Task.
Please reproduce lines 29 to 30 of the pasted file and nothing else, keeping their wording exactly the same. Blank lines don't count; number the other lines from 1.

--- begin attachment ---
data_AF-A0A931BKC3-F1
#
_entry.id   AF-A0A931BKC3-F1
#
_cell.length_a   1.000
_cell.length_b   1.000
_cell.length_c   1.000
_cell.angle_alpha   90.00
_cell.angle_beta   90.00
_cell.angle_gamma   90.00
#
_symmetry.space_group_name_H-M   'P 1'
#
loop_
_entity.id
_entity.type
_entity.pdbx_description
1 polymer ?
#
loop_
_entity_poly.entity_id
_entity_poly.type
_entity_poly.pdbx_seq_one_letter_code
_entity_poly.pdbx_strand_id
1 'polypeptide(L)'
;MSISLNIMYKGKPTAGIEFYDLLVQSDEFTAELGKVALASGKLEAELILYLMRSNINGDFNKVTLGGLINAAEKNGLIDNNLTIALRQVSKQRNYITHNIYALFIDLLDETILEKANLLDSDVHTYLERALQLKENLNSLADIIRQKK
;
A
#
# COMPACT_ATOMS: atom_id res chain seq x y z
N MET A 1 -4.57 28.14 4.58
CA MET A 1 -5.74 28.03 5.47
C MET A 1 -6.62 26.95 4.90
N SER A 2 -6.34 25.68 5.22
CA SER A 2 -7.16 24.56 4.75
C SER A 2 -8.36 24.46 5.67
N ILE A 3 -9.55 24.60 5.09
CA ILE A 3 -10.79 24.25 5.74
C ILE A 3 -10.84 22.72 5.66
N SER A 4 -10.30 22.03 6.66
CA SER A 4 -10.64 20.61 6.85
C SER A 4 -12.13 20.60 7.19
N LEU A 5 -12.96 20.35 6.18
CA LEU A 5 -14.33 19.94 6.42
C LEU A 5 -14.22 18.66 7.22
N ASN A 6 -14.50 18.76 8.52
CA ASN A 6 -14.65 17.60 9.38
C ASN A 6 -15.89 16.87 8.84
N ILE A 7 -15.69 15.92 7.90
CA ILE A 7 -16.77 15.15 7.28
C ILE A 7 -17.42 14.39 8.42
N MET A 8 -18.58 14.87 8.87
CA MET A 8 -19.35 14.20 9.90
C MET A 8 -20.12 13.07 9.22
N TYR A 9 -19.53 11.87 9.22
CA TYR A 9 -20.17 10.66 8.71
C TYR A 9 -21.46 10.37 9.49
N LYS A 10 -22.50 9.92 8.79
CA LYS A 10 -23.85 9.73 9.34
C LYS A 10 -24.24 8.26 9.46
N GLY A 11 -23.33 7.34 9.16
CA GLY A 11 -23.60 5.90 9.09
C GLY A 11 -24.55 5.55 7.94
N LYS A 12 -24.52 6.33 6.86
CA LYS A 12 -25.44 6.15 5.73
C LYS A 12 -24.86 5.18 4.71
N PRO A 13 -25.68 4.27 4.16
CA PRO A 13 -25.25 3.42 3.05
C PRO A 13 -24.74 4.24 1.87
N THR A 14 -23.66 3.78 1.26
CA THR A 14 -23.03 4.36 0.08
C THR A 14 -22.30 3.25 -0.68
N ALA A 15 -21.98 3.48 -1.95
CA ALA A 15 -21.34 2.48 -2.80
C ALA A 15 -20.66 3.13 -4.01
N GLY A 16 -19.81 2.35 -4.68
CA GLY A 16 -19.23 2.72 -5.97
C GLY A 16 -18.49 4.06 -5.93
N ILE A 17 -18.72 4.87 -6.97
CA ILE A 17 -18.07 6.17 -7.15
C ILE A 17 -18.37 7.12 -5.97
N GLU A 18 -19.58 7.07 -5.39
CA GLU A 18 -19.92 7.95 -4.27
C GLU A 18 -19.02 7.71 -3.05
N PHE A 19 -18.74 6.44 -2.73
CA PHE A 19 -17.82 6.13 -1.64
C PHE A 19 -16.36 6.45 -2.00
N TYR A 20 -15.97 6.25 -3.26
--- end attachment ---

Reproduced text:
#
# COMPACT_ATOMS: atom_id res chain seq x y z